Sweet Flag (Acorus calamus) – The Complete Guide

Sweet Flag

Acorus calamus, also known as the Sweet Flag, is a plant that grows in wetland areas.

It’s part of the Acoraceae family and has been used for many years in traditional medicine.

However, there is no clinical proof that it’s safe or effective, and it might even be toxic.

In the United States, the use of calamus is banned for commercial purposes.

Description of Sweet Flag

This plant is a herbaceous perennial that can grow up to 79 inches (2 meters) tall.

Its leaves are similar to those of the iris family, with a sword-like shape and parallel veins.

The leaves are yellowish-brown and have smooth edges, which can be wavy or crimped.

Sweet flag is different from iris plants because of the crimped edges of the leaves, the sweet smell it gives off when crushed, and the presence of a spadix.


Only the Sweet Flag plants that grow in water have flowers. The triangular, solid flower-stems come out from the outer leaves’ axils.

A semi-erect spadix can be seen on one side of the flower stem. The spadix is solid, cylindrical, tapers at each end, and is 5 to 10 cm long.

Tiny greenish-yellow flowers densely cover the spadix.

Each flower has six petals and stamens, surrounded by a perianth with six divisions. The flowers give off a sweet fragrance.

Range and Habitat of Sweet Flag

Sweet flag is found in many parts of the world, such as India, central Asia, southern Russia, Siberia, Europe, and North America.

It grows in wetland habitats like the edges of lakes, ponds, rivers, marshes, swamps, and other wetlands.

Names and Etymology

There are many common names for Acorus calamus, including Beewort, Bitter Pepper Root, Calamus Root, Flag Root, Gladdon, Myrtle Flag, Myrtle Grass, Myrtle Root, Myrtle Sedge, Pine Root, Sea Sedge, Sweet Cane, Sweet Cinnamon, Sweet Grass, Sweet Myrtle, Sweet Root, Sweet Rush, Sweet Sedge, and Wada Kaha.

The name ‘Sweet Flag’ comes from the plant’s sweet scent and its resemblance to the iris species.

The Latin word “acorus” is derived from the Greek word for pupil, as the plant’s root juice was once used as a remedy for eye diseases.

History of Sweet Flag

The use of Sweet Flag dates back to ancient times, with mentions in Egyptian papyrus dating to around 1300 BC.

The Egyptians mainly used the plant to make perfumes. Europeans confused the identity of the Acorus calamus with their native Iris pseudacorus, leading to some confusion in early literature.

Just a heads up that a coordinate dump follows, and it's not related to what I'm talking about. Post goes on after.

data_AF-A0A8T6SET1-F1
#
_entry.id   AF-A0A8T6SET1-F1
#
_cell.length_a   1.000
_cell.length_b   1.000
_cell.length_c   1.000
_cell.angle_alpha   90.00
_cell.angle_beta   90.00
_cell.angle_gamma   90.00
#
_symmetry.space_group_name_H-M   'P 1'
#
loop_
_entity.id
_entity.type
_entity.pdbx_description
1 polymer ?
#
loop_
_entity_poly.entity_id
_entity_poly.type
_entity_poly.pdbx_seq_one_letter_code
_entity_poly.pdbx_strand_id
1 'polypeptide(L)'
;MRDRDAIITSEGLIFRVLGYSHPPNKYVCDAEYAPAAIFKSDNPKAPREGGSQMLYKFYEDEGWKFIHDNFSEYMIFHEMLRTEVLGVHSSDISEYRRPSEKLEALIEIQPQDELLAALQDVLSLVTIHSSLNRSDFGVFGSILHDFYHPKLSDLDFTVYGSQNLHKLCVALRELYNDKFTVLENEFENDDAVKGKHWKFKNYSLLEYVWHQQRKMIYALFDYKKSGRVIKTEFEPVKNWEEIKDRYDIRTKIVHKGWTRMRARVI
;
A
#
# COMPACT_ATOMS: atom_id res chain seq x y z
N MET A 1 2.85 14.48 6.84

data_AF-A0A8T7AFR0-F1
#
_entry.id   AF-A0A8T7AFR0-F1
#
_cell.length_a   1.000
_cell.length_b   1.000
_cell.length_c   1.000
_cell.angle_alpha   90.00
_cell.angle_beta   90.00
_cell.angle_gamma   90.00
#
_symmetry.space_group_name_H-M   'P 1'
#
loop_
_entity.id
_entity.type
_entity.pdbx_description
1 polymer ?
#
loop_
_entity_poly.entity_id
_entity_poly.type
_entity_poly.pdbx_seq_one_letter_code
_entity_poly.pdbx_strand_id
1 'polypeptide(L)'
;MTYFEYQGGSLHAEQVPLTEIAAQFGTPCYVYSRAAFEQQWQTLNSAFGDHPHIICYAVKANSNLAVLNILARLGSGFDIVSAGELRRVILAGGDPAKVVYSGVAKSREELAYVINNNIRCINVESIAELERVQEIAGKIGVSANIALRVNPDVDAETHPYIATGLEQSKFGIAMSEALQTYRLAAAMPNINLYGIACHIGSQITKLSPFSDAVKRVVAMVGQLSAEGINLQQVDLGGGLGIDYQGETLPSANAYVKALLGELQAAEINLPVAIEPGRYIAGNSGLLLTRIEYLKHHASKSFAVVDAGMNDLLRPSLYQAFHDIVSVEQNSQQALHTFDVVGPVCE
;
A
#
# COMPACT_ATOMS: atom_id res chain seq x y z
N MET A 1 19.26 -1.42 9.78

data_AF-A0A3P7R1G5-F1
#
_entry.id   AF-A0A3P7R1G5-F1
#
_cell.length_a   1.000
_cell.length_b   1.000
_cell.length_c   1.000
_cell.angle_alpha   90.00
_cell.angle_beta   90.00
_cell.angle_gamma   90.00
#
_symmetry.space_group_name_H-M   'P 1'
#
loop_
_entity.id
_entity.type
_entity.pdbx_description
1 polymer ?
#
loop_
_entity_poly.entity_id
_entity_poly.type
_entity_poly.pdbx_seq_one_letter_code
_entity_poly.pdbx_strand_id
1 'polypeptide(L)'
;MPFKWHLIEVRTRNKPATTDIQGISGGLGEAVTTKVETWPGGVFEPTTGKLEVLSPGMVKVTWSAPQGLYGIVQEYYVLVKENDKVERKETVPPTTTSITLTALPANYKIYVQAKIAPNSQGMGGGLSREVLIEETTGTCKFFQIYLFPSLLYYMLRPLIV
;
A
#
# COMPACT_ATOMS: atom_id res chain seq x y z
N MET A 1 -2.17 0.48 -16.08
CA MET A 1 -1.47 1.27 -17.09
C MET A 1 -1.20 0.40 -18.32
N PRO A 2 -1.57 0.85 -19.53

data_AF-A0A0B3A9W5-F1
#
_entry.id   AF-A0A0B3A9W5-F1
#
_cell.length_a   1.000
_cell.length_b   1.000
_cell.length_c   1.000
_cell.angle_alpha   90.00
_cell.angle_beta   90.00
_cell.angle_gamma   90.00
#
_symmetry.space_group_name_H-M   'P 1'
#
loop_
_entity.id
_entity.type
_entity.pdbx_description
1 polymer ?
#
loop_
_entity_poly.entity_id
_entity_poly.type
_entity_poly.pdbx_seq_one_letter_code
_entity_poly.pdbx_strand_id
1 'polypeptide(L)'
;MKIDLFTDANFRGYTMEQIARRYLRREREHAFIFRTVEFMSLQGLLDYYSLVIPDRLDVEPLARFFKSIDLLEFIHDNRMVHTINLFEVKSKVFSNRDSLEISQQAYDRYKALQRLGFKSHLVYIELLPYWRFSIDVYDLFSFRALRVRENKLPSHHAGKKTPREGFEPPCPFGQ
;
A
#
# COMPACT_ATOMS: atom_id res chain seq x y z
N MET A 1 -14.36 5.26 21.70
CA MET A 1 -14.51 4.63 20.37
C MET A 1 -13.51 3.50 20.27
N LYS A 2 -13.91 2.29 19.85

The plant was introduced to Britain in the late 16th century.

Botany of Sweet Flag

There are three forms of the Sweet flag, distinguished by their chromosome numbers: diploid, triploid, and tetraploid.

The triploid form is the most common and is thought to have originated in the Himalayan region.

The different forms are found in various parts of the world, and the taxonomic position of these forms is still debated.

Chemistry of Sweet Flag

The leaves and rhizomes of Sweet Flag contain a volatile oil that gives the plant its characteristic odor and flavor.

The oil is made up of various components, such as beta-asarone, methyl isoeugenol, and alpha-asarone.

The plant’s phytochemicals can vary depending on factors like geographic location, plant age, climate, and species variety.

Safety and Regulations

In 1968, the United States Food and Drug Administration banned Sweet Flag and products derived from it for use as human food or as a food additive.

The European Commission has also recommended limits on its consumption, but the degree of safe exposure remains undefined.

Toxicity of Sweet Flag

There have been individual reports of toxicity from the use of Sweet Flag, with symptoms like severe nausea and prolonged vomiting.

Laboratory studies also indicate other forms of toxicity, mainly due to the compound ß-asarone.

Uses of Sweet Flag

Sweet flag has been used for various purposes throughout history, including medicinal uses, as a flavoring for food, and in the perfume industry.

The plant’s young stalks can be eaten raw, and its roots can be made into candy.

In herbal medicine, Sweet Flag has been used by various cultures to treat different ailments, such as gastrointestinal diseases and pain.


Sweet Flag is sometimes used as a pond plant in horticulture, and there are ornamental cultivars available.


The dried and pulverized roots of the Sweet Flag contain a compound that is useful as an insecticide.

Scientific Classification

Scientific Name:Acorus calamus
Also Known As:Sweet Flag, Sway, Muskrat Root, Beewort, Bitter Pepper Root, Calamus Root, Flag Root, Gladdon, Myrtle Flag, Myrtle Grass, Myrtle Root, Myrtle Sedge, Pine Root, Sea Sedge, Sweet Cane, Sweet Cinnamon, Sweet Grass, Sweet Myrtle, Sweet Root, Sweet Rush, Sweet Sedge, Wada Kaha
Conservation Status:Least Concern

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